Now whether or not the age of the post has made it no longer useful is a question that you'll need to decide on yourself. For many products there are lots of users still using older versions of a product, so the existence of an answer for that old version may well still be very useful, and at most you would only need to edit a post to make it clear what version(s) the answer applies to (because often people don't bother to say so when they're using the version that was current at the time of the post).

For other types of products certain types of old information may simply have no use at all. For example information about a hosted app for which it's not possible to use older version even if you wanted to might be determined by subject matter experts to just not be useful to anyone anymore, if it's not even possible for it to apply to anyone.

Where feasible, and useful (which should often be the case) it's good enough to just edit an older post to indicate what version(s) it applies to, (or to make that information more prominent, if necessary).

Also note here that sometimes it's appropriate to edit the answer, but sometimes it's appropriate to edit the question. If there's a problem that someone asked about that just doesn't even make sense to ask about after version X of a product, update the question to indicate that it's asking about how to do [this thing] before version X, rather than editing an answer to say "This is a good solution before version X". For problems where the problem is the same regardless of version/age, but only the answers are different, then that's where you'd edit the answers, not the question.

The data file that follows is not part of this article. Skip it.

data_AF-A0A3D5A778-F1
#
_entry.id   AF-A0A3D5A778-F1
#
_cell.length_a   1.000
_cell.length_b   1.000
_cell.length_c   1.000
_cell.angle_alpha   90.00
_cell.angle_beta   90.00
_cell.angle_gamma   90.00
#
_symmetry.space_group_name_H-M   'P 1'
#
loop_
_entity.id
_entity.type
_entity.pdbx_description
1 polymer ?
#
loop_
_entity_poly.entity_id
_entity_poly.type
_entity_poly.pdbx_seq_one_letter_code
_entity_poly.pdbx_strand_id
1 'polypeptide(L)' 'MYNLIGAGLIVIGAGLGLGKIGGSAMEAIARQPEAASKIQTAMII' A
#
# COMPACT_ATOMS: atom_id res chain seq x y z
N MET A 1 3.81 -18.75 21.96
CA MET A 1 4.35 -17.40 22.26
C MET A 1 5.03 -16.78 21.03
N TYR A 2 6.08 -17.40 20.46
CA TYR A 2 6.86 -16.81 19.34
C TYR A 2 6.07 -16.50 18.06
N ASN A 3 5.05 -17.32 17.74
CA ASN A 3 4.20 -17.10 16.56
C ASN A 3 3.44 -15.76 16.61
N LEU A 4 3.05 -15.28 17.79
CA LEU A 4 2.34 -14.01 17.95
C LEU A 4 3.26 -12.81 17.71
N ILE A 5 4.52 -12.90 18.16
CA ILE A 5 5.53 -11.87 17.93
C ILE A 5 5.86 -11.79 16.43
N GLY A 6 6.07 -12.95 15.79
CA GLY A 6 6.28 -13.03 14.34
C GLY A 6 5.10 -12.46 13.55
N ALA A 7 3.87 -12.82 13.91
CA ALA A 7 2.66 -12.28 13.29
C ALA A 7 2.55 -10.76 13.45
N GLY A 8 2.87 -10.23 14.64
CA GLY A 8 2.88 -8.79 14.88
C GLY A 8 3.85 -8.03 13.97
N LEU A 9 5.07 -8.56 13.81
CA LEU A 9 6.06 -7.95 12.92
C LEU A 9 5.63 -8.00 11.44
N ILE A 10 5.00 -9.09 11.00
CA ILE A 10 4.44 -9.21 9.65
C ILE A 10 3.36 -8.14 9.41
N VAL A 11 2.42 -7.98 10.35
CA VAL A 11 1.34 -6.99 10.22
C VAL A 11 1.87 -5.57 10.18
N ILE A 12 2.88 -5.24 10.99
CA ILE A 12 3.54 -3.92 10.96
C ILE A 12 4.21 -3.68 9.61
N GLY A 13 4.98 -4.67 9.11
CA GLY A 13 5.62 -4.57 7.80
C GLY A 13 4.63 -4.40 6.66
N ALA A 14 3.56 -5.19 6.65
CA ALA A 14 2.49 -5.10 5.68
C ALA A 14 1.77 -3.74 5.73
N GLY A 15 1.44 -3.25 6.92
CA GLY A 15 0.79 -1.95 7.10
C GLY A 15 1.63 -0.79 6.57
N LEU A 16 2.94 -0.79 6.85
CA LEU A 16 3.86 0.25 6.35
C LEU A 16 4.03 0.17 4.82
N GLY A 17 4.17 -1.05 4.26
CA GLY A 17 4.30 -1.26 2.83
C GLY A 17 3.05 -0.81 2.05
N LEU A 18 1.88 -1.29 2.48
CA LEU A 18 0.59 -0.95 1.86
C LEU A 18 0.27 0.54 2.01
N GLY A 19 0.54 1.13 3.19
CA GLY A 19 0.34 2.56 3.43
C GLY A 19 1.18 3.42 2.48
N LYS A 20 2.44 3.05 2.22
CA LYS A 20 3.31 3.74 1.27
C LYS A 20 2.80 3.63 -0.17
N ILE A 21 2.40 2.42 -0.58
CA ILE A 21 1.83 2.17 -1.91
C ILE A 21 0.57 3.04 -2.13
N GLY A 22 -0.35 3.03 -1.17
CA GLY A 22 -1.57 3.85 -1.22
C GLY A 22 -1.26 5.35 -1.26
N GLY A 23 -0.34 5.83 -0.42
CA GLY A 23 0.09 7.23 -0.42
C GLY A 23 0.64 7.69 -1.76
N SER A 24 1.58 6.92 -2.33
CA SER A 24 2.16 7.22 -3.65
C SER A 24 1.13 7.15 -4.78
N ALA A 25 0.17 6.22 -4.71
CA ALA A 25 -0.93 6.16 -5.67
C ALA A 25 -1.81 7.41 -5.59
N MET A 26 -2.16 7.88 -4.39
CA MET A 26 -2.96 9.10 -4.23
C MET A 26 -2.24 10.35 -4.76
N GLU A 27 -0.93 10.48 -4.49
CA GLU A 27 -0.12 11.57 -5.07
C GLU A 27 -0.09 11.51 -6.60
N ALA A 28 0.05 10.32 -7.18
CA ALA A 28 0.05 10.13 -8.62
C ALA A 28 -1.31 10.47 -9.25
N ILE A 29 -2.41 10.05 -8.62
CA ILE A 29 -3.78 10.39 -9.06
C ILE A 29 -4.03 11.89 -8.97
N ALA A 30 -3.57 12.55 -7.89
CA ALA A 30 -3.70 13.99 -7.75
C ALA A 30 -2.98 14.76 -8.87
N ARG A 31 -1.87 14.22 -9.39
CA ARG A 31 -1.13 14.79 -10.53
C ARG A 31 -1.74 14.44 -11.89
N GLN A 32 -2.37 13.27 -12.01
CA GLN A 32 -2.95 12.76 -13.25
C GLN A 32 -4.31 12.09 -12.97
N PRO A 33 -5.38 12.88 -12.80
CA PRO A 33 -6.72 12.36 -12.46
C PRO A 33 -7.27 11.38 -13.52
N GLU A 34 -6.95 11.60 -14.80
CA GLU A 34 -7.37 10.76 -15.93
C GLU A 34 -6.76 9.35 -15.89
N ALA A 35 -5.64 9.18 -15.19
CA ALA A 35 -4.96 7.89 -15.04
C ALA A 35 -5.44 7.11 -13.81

But at the end of the day, if you can't edit the post into something that is useful, then your vote should most certainly reflect how useful it actually is.

  • 8
    Do you have boilerplate answers ready or so? In the time I manage to produce 2 mediocre comments, you post a full fledged answer ... – rene Feb 14 '18 at 15:14
  • 3
    @rene Well I did edit some of this in. Most of the second half of this answer was ninja edited in. But no, I didn't write any of this before reading the question. – Servy Feb 14 '18 at 15:15
  • 16
    hat tip deserved ... – rene Feb 14 '18 at 15:17
  • 5